- A cross-generation of employees picked work-life balance as the leading example of a successful culture, according to a new survey by cloud-based software provider Mavenlink. The firm's Future of Work report found that 62% of the 1,002 respondents thought work-life balance was the most important part of a workplace culture, followed by team-building activities, continuous learning and a collaborative environment.
- The report also showed where the generations differed: respondents in the 18- to 24-year-old age group were the least likely to choose work-life balance as a key aspect of company culture; 35- to-44-year-old respondents chose "continuous learning" as the most important example of a successful culture; and 18- to 24-year-old respondents (40%) were more likely than other age groups (34% overall) to give team-building the highest rating.
- Respondents recommended creating an inclusive and more productive culture by providing more training, flexible work options and mentorship opportunities.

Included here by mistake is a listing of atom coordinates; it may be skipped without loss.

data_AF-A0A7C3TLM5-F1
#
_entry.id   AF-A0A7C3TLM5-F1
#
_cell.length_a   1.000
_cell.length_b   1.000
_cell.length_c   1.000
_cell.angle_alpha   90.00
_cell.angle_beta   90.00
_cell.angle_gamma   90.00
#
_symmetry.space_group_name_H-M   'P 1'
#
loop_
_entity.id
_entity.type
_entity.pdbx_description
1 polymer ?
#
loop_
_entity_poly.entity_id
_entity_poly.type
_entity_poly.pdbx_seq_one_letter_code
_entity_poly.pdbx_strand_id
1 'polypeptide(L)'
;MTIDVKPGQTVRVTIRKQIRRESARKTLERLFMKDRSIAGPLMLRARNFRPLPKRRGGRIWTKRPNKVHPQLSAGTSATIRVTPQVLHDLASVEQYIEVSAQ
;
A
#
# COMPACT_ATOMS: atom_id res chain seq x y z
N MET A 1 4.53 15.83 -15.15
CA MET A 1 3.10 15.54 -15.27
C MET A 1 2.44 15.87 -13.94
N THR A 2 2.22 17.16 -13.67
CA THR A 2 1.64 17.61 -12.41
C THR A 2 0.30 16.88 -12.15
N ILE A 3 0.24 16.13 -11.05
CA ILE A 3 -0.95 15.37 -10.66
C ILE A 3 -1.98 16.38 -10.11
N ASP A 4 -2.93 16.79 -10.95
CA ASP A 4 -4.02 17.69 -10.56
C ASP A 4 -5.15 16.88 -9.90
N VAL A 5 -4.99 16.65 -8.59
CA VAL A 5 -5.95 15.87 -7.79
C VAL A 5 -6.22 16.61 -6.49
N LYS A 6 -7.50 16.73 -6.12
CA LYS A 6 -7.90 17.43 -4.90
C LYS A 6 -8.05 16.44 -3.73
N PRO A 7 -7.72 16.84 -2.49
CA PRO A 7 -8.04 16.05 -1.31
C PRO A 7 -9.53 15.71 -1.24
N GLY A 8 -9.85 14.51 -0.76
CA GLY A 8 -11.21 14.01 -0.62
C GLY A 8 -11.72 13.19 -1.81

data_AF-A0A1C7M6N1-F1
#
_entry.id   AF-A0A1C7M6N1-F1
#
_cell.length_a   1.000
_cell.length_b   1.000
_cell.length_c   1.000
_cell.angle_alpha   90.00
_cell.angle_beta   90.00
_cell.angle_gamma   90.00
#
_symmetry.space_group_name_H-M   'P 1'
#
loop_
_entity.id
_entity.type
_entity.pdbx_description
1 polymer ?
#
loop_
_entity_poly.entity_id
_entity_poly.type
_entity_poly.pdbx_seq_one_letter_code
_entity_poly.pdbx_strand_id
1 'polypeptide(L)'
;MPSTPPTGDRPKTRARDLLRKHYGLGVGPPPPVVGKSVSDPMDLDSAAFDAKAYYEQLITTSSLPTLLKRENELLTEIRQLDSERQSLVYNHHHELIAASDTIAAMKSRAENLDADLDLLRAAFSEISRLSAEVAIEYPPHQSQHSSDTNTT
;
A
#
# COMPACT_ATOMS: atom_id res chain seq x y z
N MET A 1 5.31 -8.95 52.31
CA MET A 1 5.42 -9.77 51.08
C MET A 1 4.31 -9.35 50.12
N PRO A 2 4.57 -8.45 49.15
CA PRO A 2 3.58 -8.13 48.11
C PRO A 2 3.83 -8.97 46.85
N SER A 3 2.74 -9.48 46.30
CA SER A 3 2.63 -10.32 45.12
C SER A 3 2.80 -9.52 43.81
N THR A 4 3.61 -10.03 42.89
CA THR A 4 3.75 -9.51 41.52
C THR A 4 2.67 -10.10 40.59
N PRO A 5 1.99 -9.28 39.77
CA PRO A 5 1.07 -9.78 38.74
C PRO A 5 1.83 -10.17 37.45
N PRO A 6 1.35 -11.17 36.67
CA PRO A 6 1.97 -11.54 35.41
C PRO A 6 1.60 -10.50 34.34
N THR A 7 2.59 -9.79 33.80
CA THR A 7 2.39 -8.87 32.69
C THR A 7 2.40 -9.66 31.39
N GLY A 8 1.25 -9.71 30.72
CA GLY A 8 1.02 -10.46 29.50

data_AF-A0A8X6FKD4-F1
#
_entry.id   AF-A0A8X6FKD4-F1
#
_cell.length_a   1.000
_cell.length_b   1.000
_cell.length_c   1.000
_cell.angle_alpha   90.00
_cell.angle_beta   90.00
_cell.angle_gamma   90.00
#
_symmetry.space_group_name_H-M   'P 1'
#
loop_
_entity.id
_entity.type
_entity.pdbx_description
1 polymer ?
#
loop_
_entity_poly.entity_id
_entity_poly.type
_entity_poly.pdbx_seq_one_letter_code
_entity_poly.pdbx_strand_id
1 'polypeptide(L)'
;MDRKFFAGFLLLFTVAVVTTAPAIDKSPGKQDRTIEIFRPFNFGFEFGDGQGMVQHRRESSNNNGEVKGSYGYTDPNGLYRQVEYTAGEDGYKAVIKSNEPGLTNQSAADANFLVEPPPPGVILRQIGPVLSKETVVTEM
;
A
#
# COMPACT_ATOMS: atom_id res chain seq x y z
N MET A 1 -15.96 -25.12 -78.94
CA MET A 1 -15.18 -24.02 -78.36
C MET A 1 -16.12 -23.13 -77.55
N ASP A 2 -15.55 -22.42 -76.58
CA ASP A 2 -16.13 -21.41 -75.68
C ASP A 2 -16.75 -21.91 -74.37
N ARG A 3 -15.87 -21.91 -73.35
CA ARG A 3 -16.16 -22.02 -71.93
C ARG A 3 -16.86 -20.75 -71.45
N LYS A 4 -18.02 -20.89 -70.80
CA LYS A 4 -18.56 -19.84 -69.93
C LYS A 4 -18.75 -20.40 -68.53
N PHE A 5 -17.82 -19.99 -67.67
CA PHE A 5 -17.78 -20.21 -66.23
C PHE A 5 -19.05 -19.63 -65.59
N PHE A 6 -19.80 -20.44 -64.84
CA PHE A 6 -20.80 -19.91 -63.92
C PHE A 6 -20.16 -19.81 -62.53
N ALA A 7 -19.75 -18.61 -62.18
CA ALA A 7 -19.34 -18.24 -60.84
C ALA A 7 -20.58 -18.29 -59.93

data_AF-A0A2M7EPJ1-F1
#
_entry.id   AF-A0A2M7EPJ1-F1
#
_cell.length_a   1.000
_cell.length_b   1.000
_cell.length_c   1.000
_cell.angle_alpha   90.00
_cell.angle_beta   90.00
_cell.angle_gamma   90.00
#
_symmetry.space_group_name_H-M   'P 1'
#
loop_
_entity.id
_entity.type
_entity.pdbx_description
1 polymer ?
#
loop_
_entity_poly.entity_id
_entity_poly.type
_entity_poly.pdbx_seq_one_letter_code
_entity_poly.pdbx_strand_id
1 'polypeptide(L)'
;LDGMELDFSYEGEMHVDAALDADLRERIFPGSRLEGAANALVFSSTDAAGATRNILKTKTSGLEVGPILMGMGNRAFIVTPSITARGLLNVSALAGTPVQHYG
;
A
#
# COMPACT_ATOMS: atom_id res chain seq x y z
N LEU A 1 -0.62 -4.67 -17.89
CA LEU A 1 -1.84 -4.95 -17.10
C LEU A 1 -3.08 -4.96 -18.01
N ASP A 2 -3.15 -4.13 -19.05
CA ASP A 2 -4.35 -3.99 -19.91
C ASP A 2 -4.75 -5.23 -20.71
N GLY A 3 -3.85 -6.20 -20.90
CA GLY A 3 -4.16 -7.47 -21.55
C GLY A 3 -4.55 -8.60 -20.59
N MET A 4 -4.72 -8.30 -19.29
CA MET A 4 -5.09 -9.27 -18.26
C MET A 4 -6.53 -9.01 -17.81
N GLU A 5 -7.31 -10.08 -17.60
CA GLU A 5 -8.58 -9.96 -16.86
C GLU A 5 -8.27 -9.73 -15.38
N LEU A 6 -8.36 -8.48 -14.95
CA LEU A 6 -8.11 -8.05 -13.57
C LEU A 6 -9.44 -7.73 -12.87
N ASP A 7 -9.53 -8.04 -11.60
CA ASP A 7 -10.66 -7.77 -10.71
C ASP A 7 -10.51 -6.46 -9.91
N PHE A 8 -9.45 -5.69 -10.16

Is there such a thing as work-life balance? Experts like Andrea Hough, head of talent management for Fidelity Investments, say no. In an opinion piece for HR Dive, she wrote: "Balance suggests some level of perfection, which is simply unrealistic when your 8 year old is late for soccer practice or your grad-school term paper is due in two hours."
Others experts say work-life balance doesn't exist because the line between work and personal responsibilities has blurred, aided in large part by 24/7 access to technology by employees and their ability to toggle between work-related duties and personal activities with ease. The same experts say that instead of looking for work-life balance, the search should be for "synergy" between work and home. For example, survey findings from 15Five found that synergy allows employees to take a more realistic approach towards having a fulfilling personal life, supported by an equally fulfilling work life. 15Five recommended that leaders help employees feel supported and engaged by providing more 1-on-1 meetings between managers and workers, creating a "culture of honest feedback" and offering leadership training.
The 15Five survey also showed that the absence of synergy creates stress for workers. In fact, a survey from Mental Health America (MHA) and Total Brain found that 60% of 18- to 34-year-olds reported that their productivity at work suffered because of stress over trying to handle both work- and personal-related duties. Employers can help reduce or eliminate burnout by examining workloads, offering flexible work options, using employee assistance programs (EAPs) and adopting programs to boost workers' health, financial and overall well-being.